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Editor's note: What are the best practices in moving data to the clouds? Learn more here!



The drumbeat on the barriers to enterprise cloud infrastructure (or IaaS) adoption continues to roll to a single refrain, the enterprise won't adopt the cloud because it's not secure. Enterprises simply can't trust their data to the cloud. Unfortunately, this is true. But don't blame the cloud.

It's actually easy to argue that keeping your data on a properly secured cloud site is more secure than keeping it inside your corporate premises. The problem is that most cloud infrastructure providers are completely insecure. Enterprises would be insane to put corporate data on cloud infrastructure solutions today -- at least until network issues, user control and process control are addressed.

Having run both a variety of highly secured SaaS sites as well as internal corporate infrastructures, I know the headaches of keeping a corporate data center locked down. Instead, on cloud applications you are dealing with a single environment, in a highly secure facility, with a single OS, single storage environment and usually only two network connections (a front end HTTPS connection and a private circuit for management.) In addition, SaaS applications and environments are constantly being audited for compliance reasons. Here at OpSource, for example, we regularly go through three major audits across all of our applications, and many more application specific audits. Plus all of our employees have been background checked. How many enterprise IT departments can make that claim?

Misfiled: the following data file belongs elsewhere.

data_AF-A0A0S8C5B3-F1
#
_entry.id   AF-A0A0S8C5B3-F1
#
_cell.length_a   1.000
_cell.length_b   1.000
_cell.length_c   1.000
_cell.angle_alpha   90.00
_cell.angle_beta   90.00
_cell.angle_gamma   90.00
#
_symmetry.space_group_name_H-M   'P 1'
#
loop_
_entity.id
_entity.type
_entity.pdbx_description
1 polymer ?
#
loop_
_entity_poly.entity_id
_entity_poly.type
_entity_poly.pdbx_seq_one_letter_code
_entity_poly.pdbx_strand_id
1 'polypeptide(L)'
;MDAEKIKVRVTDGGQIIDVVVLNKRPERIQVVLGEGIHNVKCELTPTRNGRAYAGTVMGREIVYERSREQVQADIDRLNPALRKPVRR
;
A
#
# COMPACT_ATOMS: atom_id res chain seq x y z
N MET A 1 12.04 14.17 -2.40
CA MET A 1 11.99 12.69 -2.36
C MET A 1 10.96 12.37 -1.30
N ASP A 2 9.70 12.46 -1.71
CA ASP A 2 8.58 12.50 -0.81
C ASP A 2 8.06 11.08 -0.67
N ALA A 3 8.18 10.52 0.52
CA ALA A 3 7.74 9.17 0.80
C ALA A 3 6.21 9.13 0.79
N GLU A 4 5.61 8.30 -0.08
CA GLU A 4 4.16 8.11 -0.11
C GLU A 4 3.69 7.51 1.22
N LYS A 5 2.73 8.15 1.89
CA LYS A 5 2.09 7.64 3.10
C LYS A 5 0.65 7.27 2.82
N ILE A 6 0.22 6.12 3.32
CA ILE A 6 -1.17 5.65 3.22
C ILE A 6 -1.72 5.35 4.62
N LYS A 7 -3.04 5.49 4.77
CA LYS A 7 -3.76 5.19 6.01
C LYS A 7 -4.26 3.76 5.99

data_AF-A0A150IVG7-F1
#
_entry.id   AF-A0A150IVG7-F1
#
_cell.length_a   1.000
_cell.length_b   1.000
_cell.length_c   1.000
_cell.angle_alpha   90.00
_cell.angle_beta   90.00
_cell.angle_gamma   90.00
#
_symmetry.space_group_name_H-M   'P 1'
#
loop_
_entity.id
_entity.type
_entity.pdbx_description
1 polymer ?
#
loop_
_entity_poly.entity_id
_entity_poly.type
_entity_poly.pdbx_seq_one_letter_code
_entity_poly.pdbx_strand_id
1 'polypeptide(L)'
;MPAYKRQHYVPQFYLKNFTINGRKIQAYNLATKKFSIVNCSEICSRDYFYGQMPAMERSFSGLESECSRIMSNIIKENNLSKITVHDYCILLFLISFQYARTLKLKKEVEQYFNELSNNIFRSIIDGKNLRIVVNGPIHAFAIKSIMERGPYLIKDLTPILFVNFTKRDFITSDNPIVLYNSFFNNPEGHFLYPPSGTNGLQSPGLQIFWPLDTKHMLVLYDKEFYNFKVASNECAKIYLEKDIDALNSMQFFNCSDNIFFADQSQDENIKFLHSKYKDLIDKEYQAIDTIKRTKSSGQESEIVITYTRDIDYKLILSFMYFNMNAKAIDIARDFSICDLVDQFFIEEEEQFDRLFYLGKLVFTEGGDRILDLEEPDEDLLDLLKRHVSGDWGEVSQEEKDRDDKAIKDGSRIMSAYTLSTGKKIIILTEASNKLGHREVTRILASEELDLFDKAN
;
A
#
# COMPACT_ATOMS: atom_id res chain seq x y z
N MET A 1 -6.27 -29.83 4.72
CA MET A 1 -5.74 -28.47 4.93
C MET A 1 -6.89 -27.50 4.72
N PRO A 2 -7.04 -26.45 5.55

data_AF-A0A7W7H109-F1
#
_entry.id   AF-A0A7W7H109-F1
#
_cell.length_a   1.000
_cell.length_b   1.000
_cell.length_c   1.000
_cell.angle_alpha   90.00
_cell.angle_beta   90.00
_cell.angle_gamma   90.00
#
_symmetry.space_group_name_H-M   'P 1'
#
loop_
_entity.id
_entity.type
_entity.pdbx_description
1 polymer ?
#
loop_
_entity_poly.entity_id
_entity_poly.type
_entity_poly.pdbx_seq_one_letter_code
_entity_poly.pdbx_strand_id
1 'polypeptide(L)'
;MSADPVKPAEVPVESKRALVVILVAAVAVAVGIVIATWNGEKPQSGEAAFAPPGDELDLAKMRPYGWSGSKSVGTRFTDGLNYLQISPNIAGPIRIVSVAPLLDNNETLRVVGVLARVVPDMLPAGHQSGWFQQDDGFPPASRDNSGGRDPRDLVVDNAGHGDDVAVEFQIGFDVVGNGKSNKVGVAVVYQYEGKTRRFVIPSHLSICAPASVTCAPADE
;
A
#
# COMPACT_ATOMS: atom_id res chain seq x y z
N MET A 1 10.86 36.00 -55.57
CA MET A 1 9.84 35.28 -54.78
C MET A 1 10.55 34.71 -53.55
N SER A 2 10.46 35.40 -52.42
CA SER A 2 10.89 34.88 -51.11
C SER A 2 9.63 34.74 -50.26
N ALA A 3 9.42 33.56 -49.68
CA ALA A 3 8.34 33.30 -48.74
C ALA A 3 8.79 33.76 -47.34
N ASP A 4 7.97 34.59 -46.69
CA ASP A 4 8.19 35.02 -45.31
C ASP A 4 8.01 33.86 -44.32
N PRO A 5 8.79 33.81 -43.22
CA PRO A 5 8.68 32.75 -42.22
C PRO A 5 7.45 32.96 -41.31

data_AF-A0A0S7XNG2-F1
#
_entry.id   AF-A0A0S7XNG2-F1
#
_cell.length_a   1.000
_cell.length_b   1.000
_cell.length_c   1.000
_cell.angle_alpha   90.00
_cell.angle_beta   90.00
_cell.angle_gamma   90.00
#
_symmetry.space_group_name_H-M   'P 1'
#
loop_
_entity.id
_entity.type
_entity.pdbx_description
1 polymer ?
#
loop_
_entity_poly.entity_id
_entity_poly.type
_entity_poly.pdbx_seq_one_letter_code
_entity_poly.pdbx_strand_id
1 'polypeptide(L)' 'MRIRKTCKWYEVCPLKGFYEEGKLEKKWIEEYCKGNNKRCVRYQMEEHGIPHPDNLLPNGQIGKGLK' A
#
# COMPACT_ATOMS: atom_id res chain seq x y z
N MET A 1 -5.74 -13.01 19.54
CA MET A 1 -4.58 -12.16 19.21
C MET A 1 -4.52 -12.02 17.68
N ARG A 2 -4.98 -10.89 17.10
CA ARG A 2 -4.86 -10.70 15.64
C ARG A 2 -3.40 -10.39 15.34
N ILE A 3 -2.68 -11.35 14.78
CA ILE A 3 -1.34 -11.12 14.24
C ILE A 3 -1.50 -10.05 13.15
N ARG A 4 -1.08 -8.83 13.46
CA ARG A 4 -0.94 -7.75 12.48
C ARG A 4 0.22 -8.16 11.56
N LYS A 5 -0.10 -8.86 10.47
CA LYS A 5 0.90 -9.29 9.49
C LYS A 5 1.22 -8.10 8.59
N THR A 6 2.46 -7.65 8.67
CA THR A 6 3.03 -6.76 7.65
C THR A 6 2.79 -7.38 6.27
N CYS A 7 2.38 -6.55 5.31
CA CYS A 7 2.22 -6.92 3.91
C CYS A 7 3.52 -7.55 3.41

Oh, and we don't have to deal with laptops.

So if SaaS application vendors such as Salesforce.com and Intacct have hard-earned reputations for security, why don't cloud infrastructure providers have the same reputation? Simply put, because their environments are not up to par with most Internet gaming sites, much less enterprise applications.

What makes them insecure? I'm sure a security expert can give you some very detailed explanations (as MIT and UCSD did). But even a security neophyte can see the holes around three critical areas: shared networks, process control and user management.

Shared Networks -- VLAN of the Lost

The vast majority of cloud environments are one big shared network. All systems are deployed onto the same layer. Most Internet sites figured out way back in 1996 that only web servers should actually sit on the Internet. All other servers, and most specifically database servers, should sit on a separate network that can talk to web servers but is never directly connected to the Internet. In the cloud that option doesn't exist. Every system sits on a flat network. You can see the problem.

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